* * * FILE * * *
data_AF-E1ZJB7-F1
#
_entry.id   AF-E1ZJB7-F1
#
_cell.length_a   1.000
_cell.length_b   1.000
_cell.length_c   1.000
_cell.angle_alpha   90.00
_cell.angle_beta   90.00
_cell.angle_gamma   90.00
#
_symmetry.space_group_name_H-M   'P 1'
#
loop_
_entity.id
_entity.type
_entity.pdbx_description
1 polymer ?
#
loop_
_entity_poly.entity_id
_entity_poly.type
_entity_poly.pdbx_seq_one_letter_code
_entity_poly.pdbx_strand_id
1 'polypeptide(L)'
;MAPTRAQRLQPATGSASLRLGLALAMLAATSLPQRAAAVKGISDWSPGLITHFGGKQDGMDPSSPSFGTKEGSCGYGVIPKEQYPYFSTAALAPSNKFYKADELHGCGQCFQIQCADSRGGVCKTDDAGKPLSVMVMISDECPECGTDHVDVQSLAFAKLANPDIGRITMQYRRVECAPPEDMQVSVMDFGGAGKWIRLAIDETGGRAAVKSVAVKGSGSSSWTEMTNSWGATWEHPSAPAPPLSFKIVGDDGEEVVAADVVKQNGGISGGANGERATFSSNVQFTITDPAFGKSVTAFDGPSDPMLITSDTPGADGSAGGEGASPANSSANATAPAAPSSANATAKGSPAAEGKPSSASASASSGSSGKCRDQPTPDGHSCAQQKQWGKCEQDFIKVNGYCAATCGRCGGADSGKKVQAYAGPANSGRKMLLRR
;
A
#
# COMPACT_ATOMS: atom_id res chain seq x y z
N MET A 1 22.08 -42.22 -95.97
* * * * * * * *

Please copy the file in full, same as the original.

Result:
data_AF-E1ZJB7-F1
#
_entry.id   AF-E1ZJB7-F1
#
_cell.length_a   1.000
_cell.length_b   1.000
_cell.length_c   1.000
_cell.angle_alpha   90.00
_cell.angle_beta   90.00
_cell.angle_gamma   90.00
#
_symmetry.space_group_name_H-M   'P 1'
#
loop_
_entity.id
_entity.type
_entity.pdbx_description
1 polymer ?
#
loop_
_entity_poly.entity_id
_entity_poly.type
_entity_poly.pdbx_seq_one_letter_code
_entity_poly.pdbx_strand_id
1 'polypeptide(L)'
;MAPTRAQRLQPATGSASLRLGLALAMLAATSLPQRAAAVKGISDWSPGLITHFGGKQDGMDPSSPSFGTKEGSCGYGVIPKEQYPYFSTAALAPSNKFYKADELHGCGQCFQIQCADSRGGVCKTDDAGKPLSVMVMISDECPECGTDHVDVQSLAFAKLANPDIGRITMQYRRVECAPPEDMQVSVMDFGGAGKWIRLAIDETGGRAAVKSVAVKGSGSSSWTEMTNSWGATWEHPSAPAPPLSFKIVGDDGEEVVAADVVKQNGGISGGANGERATFSSNVQFTITDPAFGKSVTAFDGPSDPMLITSDTPGADGSAGGEGASPANSSANATAPAAPSSANATAKGSPAAEGKPSSASASASSGSSGKCRDQPTPDGHSCAQQKQWGKCEQDFIKVNGYCAATCGRCGGADSGKKVQAYAGPANSGRKMLLRR
;
A
#
# COMPACT_ATOMS: atom_id res chain seq x y z
N MET A 1 22.08 -42.22 -95.97